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Bringing Science to the Table

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TEX Director, Raj Pandya, participated in the first session of the University of Colorado Boulder Engaged Scientist Series. This program was designed to provide a source of knowledge and continued support for building relationships between scientific research and community engagement. 

Following the event, Amanda Grennell (CU Boulder) shared what she learned on the blog, Science Buffs:


Bringing Science to the Table

What is an engaged scientist?

While many scientists recognize the need for better science communication and want to connect people in their communities with science, the nitty gritty of engaging with the public is not obvious. But, the nitty gritty is really where all the fun happens! At least that’s what I learned at the first Engaged Scientist Series seminar and workshop at CU Boulder.

Thanks to the Albert A. Bartlett Center for Science Communication, CIRES Education and Outreach, INSTAAR, and Learn More About Climate at the Office for Outreach and Engagement, graduate students at CU Boulder have the opportunity to learn what being an engaged scientist is all about.

To kick off the last event, Raj Pandya, program director for the American Geophysical Union’s Thriving Earth Exchange, began with a story most graduate students are familiar with. A young graduate student tries to explain his research to his grandmother year after year, finally coming to the conclusion that he just can’t do it – there isn’t even language for his research that his grandmother would understand!

But, Raj said, what if the graduate student thought of himself as a bridge between the community he’s from and graduate school? What if he not only thought of bringing his knowledge from graduate school to his community, but of bringing the resources, knowledge, and ideas from his community to graduate school, to inform his research? That’s the beginning of community engagement.

As with most things, there isn’t really a single definition of an “engaged scientists” – it’s more of a spectrum. As a scientist you can communicate TO a community (perhaps in the form of science demos or writing about science on social media), you can communicate FOR a community (the scientist testifying for Congress), or you can communicate WITH a community. That’s what community engagement really is – a conversation between scientists and the community, with input from both sides.

But, community engagement is based off of the needs of the community – not the scientist. Scientists must think deeply about how science can be used in the community, and be honest about what science cannot help with.

To do this, the scientist must assess the community as a whole – what is the history, geography, economy, and culture of the community? What kind of questions can scientists ask of community leaders to get answers to these questions? What expertise exists within the community? What are the strengths and weaknesses of the community? Only after these questions are answered can scientists design a project that pools the resources of the community and the resources of the scientists.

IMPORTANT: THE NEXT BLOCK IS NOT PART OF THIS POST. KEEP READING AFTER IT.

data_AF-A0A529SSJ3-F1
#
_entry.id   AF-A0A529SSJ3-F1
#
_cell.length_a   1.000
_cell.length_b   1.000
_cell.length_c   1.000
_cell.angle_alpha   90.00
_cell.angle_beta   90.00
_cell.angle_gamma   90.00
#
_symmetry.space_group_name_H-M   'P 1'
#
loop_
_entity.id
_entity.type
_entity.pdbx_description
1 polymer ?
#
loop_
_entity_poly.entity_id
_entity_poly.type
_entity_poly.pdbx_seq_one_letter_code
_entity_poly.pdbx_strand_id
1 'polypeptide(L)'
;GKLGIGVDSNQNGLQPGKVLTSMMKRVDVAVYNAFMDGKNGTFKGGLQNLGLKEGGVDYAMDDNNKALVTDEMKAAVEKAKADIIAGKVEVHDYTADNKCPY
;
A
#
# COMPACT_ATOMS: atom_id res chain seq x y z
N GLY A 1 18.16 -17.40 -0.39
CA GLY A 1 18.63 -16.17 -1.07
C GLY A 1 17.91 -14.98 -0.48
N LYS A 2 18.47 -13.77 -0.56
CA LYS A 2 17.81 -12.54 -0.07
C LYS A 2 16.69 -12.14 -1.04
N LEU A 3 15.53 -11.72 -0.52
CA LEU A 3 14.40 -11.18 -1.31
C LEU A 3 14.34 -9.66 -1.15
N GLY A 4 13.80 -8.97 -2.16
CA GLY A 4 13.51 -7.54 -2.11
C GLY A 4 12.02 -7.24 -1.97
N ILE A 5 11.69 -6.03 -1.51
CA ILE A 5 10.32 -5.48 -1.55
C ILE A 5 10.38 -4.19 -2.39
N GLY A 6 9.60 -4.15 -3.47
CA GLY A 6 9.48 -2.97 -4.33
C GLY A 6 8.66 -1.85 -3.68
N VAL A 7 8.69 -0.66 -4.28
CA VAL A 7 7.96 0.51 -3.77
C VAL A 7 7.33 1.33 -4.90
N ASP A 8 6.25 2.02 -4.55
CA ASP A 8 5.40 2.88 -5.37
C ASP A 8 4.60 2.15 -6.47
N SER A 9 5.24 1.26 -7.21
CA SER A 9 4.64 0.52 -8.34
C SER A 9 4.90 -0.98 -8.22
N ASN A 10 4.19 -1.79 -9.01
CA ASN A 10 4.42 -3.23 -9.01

To understand how this difficult and somewhat vague process is actually done, we did a bit of role-playing and mock-interviewed the “city manager” (played by the Bartlett Center executive team) of a small town in Texas.

Here’s the setup: Scientists at UT Arlington had recently conducted water quality studies on the local river. The river did not meet federal regulations on levels of E. coli and heavy metals. The river was filthy with trash and a backyard salvage yard may have been contaminating it. The city wants to clean it up and install a riverwalk through town in an effort to increase tourism.

After interviewing the city manager, my group brainstormed science-based projects to propose to the city. The best idea we had was to pair a community river clean up event with river water collection both upstream and downstream of the salvage yard. We would then connect with the scientists at UT Arlington to test the samples. We would also devise a simple lab for testing of heavy metals in water – for example, the presence of high lead levels can be tested by adding a salt, making white flakes appear in the water. We would tailor the lab to be appropriate for all ages and implement it in local schools. Finally, we would ensure UT Arlington scientists followed up with community leaders on the results of the water quality study.

We also discussed challenges that graduate students might face in a community engagement project. They ranged from community members being skeptical of what scientists can do for them to the time commitment of the project to a PI who doesn’t see the value in doing a community engagement project. Since the project is all about helping the community, it may or may not result in publishable work. With our experience throughout the workshop and the input of many different perspectives, we were able to address all of these challenges.

Before this workshop, I had no idea that academic scientists can do these kinds of projects. The combination of using science to solve problems and the potential to make an immediate difference in people’s lives makes for exciting and useable science.

I am amazed by the potential to bring science alive in people’s lives by engaging and partnering with communities – ultimately working on science together.


By Amanda Grennell
This article was originally posted on

mgoodwin editor

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